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WIR-Foreign direct investment to developed economies declined, mostly due to fewer mega deals and reduced intra-firm financial flows, says United Nations report

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06 June 2018, 21:00 Geneva Time

Geneva, Switzerland, (06 June 2018)

​Foreign direct investment (FDI) flows to developed economies fell by 37% to $712 billion in 2017, according to UNCTAD's World Investment Report 2018.

The report reveals that growth in FDI during 2015–2016, when annual inflows to developed economies exceeded $1 trillion, ended abruptly in 2017. Large reductions in FDI flows to the United Kingdom, following an exceptionally high value of mergers and acquisitions (M&As) in 2016, and to the United States of America, where authorities clamped down on tax inversions, were the major factors behind the decline.

“In developed economies, although the short-term outlook appears positive, trade tensions significantly affect FDI prospects for 2018,” UNCTAD Director of the Division on Investment and Enterprise James Zhan said.

FDI inflows to France and Germany bounced back in 2017, but overall flows to European countries declined due to a normalization of FDI to the United Kingdom. In North America, inflows shrank due to diminishing intra-company loans and divestments. Inflows held steady in developed economies in the Asia-Pacific region, in contrast to the global trend.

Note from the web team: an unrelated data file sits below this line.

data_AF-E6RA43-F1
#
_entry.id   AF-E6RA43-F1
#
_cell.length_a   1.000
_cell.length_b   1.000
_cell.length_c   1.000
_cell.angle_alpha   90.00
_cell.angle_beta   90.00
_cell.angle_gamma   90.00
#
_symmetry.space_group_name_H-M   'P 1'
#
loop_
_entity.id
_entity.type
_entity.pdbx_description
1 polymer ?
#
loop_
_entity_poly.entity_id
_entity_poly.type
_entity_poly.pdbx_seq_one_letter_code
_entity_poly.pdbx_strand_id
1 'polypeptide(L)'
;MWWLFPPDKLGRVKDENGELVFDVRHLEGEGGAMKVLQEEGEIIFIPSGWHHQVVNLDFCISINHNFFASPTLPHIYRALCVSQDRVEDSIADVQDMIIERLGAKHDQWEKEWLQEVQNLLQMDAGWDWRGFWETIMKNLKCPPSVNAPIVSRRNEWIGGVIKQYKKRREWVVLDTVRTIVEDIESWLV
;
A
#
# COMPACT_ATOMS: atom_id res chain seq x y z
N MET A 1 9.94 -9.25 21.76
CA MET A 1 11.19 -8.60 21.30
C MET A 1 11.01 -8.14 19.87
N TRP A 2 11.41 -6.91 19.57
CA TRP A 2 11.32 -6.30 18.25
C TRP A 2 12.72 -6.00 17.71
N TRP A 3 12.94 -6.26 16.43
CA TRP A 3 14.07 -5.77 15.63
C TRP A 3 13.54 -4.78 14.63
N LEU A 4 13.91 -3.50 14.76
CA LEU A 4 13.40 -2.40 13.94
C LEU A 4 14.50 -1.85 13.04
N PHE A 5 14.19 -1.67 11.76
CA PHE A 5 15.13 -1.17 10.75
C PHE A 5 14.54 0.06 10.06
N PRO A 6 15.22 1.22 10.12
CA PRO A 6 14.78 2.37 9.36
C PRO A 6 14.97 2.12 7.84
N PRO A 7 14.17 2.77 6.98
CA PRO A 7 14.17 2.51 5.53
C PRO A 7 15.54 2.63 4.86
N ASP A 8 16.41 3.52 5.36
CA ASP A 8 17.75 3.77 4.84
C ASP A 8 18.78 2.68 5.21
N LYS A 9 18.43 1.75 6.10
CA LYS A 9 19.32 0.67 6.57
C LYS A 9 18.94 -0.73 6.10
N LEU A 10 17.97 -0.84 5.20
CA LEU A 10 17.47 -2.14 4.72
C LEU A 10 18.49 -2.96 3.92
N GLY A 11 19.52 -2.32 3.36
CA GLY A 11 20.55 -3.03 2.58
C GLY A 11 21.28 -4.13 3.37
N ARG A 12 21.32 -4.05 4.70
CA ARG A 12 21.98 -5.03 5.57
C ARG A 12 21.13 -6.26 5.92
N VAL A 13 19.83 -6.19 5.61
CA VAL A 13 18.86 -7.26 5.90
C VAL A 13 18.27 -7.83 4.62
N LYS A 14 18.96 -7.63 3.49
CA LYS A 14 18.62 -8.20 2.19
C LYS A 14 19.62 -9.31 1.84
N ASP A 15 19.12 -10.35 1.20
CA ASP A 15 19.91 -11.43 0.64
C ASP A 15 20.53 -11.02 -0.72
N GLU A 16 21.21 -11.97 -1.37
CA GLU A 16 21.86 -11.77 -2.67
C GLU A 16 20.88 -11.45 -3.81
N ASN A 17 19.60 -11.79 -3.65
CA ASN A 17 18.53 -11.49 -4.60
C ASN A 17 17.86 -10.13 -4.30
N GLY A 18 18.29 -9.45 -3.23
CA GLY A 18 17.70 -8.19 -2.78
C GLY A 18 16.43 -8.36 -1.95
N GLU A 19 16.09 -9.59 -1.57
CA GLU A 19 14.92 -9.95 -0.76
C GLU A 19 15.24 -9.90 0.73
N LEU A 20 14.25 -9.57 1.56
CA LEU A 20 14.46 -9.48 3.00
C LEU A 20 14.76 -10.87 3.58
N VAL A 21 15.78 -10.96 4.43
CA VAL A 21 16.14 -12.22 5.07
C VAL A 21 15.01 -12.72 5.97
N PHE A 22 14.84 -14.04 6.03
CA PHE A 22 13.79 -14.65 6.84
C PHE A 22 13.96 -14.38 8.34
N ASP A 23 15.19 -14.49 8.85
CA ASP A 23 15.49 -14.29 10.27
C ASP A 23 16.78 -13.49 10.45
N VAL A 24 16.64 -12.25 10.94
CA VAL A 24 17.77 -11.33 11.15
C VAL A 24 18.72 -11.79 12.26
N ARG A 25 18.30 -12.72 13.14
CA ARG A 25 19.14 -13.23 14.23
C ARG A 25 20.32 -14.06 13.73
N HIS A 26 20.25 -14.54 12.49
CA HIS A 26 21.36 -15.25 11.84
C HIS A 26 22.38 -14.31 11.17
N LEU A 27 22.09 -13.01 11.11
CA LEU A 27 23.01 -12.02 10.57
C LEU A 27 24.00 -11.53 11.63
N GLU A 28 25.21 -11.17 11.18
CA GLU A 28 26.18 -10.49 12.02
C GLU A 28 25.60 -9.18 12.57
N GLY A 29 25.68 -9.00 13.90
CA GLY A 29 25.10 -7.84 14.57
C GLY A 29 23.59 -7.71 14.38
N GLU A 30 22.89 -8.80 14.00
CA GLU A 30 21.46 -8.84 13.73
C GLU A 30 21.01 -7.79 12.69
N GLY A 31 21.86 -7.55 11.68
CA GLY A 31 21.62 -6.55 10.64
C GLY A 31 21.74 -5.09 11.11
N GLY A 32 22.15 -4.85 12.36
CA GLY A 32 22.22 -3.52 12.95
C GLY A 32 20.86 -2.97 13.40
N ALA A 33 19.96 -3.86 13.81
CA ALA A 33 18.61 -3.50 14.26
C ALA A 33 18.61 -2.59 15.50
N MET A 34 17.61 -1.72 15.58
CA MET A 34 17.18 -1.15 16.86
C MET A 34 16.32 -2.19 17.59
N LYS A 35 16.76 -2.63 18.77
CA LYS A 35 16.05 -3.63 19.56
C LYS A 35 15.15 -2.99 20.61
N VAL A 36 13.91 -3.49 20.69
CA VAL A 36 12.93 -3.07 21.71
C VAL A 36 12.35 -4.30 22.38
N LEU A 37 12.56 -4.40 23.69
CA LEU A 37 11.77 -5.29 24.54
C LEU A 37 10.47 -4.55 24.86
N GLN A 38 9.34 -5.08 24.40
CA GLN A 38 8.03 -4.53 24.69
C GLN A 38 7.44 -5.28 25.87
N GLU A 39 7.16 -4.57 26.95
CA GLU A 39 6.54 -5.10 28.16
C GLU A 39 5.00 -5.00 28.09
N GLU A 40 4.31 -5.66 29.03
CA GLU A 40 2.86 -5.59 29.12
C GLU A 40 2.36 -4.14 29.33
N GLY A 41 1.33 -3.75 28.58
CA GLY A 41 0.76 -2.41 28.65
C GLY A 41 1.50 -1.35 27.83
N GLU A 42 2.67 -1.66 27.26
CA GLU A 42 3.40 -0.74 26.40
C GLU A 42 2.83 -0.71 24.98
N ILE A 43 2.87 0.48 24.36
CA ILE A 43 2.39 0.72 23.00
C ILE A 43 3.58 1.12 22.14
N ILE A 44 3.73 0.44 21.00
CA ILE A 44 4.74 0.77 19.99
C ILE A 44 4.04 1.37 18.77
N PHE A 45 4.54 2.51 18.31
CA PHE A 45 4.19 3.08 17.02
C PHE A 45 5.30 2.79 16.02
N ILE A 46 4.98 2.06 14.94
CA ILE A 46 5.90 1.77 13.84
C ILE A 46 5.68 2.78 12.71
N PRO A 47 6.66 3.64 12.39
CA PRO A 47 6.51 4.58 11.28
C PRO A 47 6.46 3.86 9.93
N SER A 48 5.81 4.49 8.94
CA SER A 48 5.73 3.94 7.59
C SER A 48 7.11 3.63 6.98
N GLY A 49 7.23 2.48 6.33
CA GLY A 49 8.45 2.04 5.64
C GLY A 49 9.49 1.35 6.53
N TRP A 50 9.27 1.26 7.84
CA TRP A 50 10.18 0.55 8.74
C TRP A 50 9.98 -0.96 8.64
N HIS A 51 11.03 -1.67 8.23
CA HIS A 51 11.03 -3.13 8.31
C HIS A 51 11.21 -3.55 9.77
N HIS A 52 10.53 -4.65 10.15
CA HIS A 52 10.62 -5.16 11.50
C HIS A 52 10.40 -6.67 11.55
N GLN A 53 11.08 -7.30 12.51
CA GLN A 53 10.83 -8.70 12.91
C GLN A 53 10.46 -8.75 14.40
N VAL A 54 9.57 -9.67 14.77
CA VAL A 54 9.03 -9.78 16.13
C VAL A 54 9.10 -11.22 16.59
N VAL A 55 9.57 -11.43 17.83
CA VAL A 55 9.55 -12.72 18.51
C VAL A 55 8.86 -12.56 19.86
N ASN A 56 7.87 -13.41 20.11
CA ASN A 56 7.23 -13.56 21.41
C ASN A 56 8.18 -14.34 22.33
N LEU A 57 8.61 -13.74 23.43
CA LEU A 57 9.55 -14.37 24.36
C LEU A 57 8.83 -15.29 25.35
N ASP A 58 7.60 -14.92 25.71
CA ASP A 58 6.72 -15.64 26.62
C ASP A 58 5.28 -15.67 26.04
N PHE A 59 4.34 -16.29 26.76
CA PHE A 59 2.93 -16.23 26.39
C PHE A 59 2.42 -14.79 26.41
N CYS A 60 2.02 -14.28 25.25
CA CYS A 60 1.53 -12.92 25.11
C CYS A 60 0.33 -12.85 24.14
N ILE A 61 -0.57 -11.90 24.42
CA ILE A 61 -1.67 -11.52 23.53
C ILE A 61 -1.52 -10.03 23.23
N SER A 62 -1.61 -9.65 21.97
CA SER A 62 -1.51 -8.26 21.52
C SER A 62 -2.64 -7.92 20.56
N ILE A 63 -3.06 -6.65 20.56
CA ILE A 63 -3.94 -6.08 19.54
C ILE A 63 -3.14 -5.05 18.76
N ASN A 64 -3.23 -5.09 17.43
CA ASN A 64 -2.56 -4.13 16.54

In Europe, combined outflows fell by 21% to $418 billion. Outflows from Germany and the United Kingdom rose sharply. Those from France maintained their high level. FDI outflows from the Netherlands – the largest source country in Europe in 2016 – declined by $149 billion to just $23 billion, mainly due to declining M&A purchases.

Outflows from North America rose by 18%. When the prospect of tax reform became more certain towards the end of 2017, United States multinational enterprises (MNEs) postponed the repatriation of overseas earnings, adding to reinvestment. In the Asia-Pacific region, outflows from Japan continued to expand, to $160 billion.

FDI to developed economies is projected to increase moderately in 2018. The rise in the value of announced greenfield projects (up 25% to $318 billion) is a positive sign. However, tensions in global trade policymaking continue to create uncertainty. The repatriation of accumulated profits by United States MNEs as a result of the tax reform is likely to reduce FDI outflows from the United States – with mirror effects elsewhere.

Figure 1. Developed economies: Top 10 recipients of FDI flows, 2016 and 2017
(Billions of dollars)    

Source: UNCTAD, World Investment Report 2018.

Figure 2. Developed economies: Top 10 investors of FDI flows, 2016 and 2017
(Billions of dollars)    

Source: UNCTAD, World Investment Report 2018.

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